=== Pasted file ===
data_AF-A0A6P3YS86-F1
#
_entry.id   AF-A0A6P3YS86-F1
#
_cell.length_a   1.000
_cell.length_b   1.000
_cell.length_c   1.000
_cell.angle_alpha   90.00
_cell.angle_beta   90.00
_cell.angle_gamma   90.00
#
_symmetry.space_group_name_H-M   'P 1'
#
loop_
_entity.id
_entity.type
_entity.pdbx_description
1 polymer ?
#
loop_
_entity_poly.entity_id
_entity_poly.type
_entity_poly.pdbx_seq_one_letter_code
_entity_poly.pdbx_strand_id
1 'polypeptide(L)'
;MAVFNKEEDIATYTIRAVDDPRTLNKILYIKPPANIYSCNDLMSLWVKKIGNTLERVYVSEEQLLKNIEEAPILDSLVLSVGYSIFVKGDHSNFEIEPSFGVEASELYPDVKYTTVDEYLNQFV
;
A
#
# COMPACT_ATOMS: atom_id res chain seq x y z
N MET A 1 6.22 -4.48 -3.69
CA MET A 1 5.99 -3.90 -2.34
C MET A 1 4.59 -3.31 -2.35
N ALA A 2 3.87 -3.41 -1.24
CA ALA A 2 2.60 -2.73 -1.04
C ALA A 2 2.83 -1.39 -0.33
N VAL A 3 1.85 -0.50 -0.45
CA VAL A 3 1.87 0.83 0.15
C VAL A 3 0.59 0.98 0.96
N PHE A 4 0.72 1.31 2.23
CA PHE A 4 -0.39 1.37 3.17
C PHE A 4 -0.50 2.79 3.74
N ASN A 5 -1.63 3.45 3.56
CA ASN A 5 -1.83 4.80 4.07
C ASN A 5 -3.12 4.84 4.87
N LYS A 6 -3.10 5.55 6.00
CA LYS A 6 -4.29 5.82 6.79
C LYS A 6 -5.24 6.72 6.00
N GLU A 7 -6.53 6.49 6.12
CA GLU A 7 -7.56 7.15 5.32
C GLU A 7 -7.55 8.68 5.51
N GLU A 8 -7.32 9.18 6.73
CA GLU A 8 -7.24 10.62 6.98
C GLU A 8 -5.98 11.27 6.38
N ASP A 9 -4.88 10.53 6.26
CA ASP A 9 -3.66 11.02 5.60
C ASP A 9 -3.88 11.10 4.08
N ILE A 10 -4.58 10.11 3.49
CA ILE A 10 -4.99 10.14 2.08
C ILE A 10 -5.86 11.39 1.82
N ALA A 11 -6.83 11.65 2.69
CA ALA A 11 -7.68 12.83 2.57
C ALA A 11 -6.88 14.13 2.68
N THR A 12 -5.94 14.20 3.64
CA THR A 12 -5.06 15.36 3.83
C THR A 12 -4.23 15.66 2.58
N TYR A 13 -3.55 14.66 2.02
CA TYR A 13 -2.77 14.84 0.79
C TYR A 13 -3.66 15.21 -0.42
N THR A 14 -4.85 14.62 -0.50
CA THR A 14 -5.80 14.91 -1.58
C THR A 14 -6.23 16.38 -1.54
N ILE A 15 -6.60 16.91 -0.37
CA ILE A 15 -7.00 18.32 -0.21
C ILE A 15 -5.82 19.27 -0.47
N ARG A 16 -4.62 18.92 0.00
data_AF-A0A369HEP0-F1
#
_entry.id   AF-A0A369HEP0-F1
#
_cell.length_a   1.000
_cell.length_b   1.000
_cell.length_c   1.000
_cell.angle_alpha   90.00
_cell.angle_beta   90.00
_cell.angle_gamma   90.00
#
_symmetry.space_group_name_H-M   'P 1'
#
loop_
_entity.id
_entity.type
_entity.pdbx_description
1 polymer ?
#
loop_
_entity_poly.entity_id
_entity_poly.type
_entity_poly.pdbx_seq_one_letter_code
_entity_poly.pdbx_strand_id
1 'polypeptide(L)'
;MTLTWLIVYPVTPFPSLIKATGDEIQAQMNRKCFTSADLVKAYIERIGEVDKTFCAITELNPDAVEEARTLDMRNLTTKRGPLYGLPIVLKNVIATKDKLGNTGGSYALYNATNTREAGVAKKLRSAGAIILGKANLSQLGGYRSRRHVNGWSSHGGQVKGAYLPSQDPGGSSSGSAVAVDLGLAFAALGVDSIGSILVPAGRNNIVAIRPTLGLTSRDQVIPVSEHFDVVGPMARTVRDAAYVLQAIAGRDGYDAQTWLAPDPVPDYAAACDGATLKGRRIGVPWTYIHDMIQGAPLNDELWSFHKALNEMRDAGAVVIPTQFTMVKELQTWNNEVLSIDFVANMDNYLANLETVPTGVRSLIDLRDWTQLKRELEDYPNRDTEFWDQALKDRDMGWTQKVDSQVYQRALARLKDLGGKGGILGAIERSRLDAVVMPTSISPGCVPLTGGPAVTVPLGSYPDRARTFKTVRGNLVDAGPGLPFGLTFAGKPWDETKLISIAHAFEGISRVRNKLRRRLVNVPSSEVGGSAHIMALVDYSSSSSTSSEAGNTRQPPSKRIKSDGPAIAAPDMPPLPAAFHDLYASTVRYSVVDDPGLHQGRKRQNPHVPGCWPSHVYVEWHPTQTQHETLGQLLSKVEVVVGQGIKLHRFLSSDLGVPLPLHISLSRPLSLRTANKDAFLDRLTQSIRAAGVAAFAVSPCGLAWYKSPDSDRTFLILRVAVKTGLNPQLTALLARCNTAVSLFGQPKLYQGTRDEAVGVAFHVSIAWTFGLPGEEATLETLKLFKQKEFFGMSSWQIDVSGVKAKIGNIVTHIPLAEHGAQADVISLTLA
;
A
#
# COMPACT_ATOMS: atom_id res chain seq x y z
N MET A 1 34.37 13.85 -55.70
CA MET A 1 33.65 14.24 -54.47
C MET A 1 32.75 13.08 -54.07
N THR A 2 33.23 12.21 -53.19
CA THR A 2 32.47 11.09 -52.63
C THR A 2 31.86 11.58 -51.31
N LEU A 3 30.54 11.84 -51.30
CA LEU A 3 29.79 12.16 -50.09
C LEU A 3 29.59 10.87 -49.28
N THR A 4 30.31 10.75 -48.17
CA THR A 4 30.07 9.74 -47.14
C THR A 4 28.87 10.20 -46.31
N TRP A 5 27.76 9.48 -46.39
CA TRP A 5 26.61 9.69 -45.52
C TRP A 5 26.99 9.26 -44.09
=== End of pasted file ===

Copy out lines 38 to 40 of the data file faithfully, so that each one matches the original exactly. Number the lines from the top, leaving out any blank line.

CA VAL A 3 1.87 0.83 0.15
C VAL A 3 0.59 0.98 0.96
N PHE A 4 0.72 1.31 2.23